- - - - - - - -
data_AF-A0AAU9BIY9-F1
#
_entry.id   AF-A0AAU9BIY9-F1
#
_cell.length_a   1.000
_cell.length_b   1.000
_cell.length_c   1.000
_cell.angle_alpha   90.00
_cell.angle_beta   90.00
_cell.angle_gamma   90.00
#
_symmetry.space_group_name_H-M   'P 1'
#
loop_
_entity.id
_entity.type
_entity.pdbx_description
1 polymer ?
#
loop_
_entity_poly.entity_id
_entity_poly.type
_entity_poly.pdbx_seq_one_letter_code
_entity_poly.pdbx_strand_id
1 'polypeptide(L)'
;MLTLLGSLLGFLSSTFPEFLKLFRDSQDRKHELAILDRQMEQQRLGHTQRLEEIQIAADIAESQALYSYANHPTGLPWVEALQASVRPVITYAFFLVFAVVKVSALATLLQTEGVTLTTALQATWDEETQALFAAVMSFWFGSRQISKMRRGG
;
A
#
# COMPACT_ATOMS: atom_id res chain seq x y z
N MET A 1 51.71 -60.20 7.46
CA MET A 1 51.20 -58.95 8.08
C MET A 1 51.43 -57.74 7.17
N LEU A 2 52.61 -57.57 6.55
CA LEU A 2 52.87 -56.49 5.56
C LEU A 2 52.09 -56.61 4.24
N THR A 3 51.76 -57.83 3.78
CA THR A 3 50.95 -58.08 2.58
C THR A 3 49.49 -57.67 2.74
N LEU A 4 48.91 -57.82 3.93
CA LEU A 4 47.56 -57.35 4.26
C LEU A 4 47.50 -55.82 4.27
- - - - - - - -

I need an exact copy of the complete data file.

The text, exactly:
data_AF-A0AAU9BIY9-F1
#
_entry.id   AF-A0AAU9BIY9-F1
#
_cell.length_a   1.000
_cell.length_b   1.000
_cell.length_c   1.000
_cell.angle_alpha   90.00
_cell.angle_beta   90.00
_cell.angle_gamma   90.00
#
_symmetry.space_group_name_H-M   'P 1'
#
loop_
_entity.id
_entity.type
_entity.pdbx_description
1 polymer ?
#
loop_
_entity_poly.entity_id
_entity_poly.type
_entity_poly.pdbx_seq_one_letter_code
_entity_poly.pdbx_strand_id
1 'polypeptide(L)'
;MLTLLGSLLGFLSSTFPEFLKLFRDSQDRKHELAILDRQMEQQRLGHTQRLEEIQIAADIAESQALYSYANHPTGLPWVEALQASVRPVITYAFFLVFAVVKVSALATLLQTEGVTLTTALQATWDEETQALFAAVMSFWFGSRQISKMRRGG
;
A
#
# COMPACT_ATOMS: atom_id res chain seq x y z
N MET A 1 51.71 -60.20 7.46
CA MET A 1 51.20 -58.95 8.08
C MET A 1 51.43 -57.74 7.17
N LEU A 2 52.61 -57.57 6.55
CA LEU A 2 52.87 -56.49 5.56
C LEU A 2 52.09 -56.61 4.24
N THR A 3 51.76 -57.83 3.78
CA THR A 3 50.95 -58.08 2.58
C THR A 3 49.49 -57.67 2.74
N LEU A 4 48.91 -57.82 3.93
CA LEU A 4 47.56 -57.35 4.26
C LEU A 4 47.50 -55.82 4.27